Then Tommy Mottola would try to break my legs.
Oh, he will do.
Yeah, like “Don’t push up on my ex-wife yo”
So when do you finish the tour here?
I think, towards November, middle of November.
So you’re here all this time?
Well we’re going back to the States for a week. I have to practice for a BMX jump championship I might be doing. It’s my first one. I’m looking forward to it. I’m going to break my leg though, I’m really scared y’know.
Will the record company let you do it on insurance?
Well this is the first they have probably heard of it! So what do you do with your BMX, I mean I understand you kind of put your breaks on and you whizz it around and do back flips and stuff.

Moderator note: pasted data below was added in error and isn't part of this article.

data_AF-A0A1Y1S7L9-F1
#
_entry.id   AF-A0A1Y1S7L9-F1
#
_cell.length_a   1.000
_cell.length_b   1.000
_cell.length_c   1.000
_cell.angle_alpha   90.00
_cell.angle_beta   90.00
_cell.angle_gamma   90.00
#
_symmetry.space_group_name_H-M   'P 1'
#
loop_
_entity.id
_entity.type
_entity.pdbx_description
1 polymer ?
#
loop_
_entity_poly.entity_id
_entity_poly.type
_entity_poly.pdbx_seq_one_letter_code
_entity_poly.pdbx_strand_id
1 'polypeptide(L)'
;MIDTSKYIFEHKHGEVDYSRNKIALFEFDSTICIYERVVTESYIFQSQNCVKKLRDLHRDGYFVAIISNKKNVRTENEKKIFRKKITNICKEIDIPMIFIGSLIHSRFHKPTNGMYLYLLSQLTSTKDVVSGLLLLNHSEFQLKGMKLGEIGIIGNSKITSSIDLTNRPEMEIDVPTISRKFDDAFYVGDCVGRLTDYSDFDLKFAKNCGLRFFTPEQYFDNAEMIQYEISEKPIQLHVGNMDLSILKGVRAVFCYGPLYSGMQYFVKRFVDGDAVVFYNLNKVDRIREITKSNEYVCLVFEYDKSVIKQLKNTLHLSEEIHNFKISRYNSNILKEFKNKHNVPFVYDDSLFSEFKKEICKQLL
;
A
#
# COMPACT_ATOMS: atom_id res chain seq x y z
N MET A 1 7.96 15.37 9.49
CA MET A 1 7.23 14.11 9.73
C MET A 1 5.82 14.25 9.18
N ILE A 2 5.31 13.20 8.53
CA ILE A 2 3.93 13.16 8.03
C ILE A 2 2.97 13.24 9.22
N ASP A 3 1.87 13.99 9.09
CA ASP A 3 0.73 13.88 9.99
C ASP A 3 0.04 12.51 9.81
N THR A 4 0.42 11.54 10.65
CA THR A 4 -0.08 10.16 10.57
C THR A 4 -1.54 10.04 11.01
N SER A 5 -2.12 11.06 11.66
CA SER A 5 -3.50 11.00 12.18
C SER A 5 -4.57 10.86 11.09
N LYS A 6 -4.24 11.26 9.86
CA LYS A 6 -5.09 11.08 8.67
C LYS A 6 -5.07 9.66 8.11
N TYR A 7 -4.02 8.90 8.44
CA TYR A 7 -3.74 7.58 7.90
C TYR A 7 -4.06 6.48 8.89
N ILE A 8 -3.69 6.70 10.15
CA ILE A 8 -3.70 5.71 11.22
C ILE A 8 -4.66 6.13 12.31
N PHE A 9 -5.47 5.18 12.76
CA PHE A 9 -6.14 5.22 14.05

Is that what you do?
Yeah, I try too.
It goes well with your type of music doesn’t it?
I don’t know, beats me. I guess guys that wanna jump stuff on their bikes and risk life and limb are friends of mine.
I wanted to ask you about the Beastie Boys who are no.1 in the US album charts for the 3rd week running. What do you think that says now about American music?
How important is it for a band like the Beasties to be at No.1? Well, I think it’s real important. It’s cool too. Cos y’know Celine Dion and Puff Daddy were killing us for so long and it’s nice to see a band that people like for the sake of their uniqueness and not the fact that they sold Coke or Pepsi.
Do you think it says something about the music scene itself, in terms of, that even though they’ve been going for a very long time that there’s still that passion for their kind of music?